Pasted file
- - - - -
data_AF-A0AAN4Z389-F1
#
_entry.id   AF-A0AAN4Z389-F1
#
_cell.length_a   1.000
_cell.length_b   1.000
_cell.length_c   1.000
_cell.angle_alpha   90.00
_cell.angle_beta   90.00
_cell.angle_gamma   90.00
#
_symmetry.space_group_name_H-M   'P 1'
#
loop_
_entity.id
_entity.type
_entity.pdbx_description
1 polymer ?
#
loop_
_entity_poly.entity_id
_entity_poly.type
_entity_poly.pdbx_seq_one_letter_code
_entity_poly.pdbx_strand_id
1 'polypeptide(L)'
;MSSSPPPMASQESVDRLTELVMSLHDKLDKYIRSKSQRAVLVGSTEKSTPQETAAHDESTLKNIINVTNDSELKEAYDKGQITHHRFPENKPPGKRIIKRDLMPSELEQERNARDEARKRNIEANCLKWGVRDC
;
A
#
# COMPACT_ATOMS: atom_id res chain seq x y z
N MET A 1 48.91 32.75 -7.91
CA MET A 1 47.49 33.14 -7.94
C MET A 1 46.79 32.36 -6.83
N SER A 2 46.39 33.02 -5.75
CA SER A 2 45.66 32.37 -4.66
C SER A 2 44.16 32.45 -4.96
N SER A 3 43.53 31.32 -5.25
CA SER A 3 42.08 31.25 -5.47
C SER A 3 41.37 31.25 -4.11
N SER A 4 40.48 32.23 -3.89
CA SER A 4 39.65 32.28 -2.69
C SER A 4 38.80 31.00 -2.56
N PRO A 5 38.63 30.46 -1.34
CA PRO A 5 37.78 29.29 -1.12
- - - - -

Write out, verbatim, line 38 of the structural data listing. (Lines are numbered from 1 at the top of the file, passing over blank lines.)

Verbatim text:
CA SER A 3 42.08 31.25 -5.47